In my experience as a librarian and as devout book and manuscript packrat, it is my observation that collectors of rare books and manuscripts often find themselves trying to defend the relevance and utility of such collections. This is in large part due to the long-held myth that collecting rare books and manuscripts is superfluous, sweet, and a nice little harmless hobby for rich people to dabble in (but not really important to world events as they unfold today, implication being so why would you want to do it?).
Luckily, there is one online exhibition currently on the web that speaks volumes against such arguments. “Old Books, New Pedagogy: Special Collections in the Curriculum/An electronic version of an exhibition in Olin Library, Wesleyan University, March 22-May 19, 2002” ( www.wesleyan.edu/libr/schome/exhibit/index.htm) provides ample ammunition for Americana collectors who wish to advance the position that collecting rare books and manuscripts is not a luxury but an intellectual necessity and in fact a historical imperative.
The exhibition consists of examples of academic assignments from faculty at Wesleyan University that require the examination of rare books and manuscripts as a central part of the assignment, together with digital images of some of the rare materials used and a statement from the contributing faculty member about the intent of their assignment. There are eight parts to the exhibit: a home page that prints an introductory statement about the exhibition’s purpose, and seven actual examples of different student assignments at Wesleyan that have used rare books and manuscripts to accomplish their pedagogical goals. These seven assignments make up different “parts” of the exhibition, as follows: “Poetry Broadsides;” “History of Middletown;” “The Mystery Book Exercise;” “History of Gender, Health, and Medicine;” “Historiography;” “Queer Periodicals;” and “Othello.” Of these parts or assignments, only two do not deal directly with Americana --- namely, the two literary assignments (“Poetry Broadsides,” and Othello.”) Thus this review will focus on the other five assignments, which do deal in whole or in part, with Americana.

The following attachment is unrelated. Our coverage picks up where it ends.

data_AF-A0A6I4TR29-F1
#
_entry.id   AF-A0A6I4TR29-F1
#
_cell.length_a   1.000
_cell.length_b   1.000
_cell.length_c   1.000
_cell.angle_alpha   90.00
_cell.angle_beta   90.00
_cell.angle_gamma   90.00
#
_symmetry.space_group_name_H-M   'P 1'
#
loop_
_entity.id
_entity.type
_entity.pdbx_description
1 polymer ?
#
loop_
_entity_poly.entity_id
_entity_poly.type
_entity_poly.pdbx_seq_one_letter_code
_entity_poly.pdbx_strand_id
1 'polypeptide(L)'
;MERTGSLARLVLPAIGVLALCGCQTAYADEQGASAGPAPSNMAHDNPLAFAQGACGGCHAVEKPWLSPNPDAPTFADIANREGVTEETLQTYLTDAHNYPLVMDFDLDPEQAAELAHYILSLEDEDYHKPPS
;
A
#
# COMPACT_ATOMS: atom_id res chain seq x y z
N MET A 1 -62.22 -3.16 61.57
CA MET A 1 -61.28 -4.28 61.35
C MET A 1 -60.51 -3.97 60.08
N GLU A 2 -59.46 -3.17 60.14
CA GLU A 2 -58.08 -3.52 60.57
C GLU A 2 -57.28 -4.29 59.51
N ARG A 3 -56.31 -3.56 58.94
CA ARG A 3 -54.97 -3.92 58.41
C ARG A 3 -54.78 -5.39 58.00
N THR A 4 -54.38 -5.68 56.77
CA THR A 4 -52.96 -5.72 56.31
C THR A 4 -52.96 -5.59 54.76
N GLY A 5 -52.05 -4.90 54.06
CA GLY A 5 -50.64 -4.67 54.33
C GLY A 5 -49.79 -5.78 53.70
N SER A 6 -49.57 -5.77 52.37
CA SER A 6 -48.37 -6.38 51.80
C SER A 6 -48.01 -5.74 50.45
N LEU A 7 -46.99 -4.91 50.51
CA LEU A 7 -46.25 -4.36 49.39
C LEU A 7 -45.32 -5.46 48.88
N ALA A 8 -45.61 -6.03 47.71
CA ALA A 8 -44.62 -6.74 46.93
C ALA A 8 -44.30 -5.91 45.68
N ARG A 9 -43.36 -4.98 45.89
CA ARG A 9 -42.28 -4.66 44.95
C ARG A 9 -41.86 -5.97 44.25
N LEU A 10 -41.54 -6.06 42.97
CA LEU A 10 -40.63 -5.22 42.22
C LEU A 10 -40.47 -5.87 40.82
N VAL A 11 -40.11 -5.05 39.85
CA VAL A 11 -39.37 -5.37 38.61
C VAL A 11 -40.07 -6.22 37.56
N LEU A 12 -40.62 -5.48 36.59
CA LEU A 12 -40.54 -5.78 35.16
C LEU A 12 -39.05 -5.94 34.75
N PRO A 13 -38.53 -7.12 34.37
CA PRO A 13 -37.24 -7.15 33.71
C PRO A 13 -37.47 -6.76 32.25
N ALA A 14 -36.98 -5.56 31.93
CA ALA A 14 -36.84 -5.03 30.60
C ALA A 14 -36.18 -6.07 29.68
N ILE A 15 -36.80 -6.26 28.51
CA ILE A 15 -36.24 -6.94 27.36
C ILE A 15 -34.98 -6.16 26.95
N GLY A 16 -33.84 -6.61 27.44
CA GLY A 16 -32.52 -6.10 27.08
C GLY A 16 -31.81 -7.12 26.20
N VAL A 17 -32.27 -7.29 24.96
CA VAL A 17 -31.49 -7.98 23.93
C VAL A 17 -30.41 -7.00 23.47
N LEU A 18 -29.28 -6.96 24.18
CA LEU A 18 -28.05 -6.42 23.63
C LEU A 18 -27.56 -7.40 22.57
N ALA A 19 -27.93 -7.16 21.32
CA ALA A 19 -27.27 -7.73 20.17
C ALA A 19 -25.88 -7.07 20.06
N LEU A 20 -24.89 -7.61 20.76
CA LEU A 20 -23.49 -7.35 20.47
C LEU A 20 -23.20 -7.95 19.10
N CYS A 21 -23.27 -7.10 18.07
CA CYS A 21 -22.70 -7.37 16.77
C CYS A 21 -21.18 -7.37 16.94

The aims of the exhibition are laid out squarely and eloquently by curator Suzy Taraba, who also serves as the Head of Special Collections and University Archivist at Wesleyan. (Interesting sidenote: Taraba is also an active leader in the Rare Books and Manuscripts Society, a Division of the American Library Association, as is Jeffrey Makala, Assistant University Archivist/Reference Librarian, who prepared the online exhibition.) According to Taraba:
Not all innovative teaching exploits cutting-edge technology. While many scholars and librarians feared that the electronic revolution would sound the death knell for the printed book, in fact, the physical book is thriving. Surprisingly to some, the availability of large numbers of electronic texts has helped foster a new interest in the book as artifact. Set against the flat, ahistorical, disembodied character of the electronic text, books of the past acquire an additional cachet when compared with the alternative.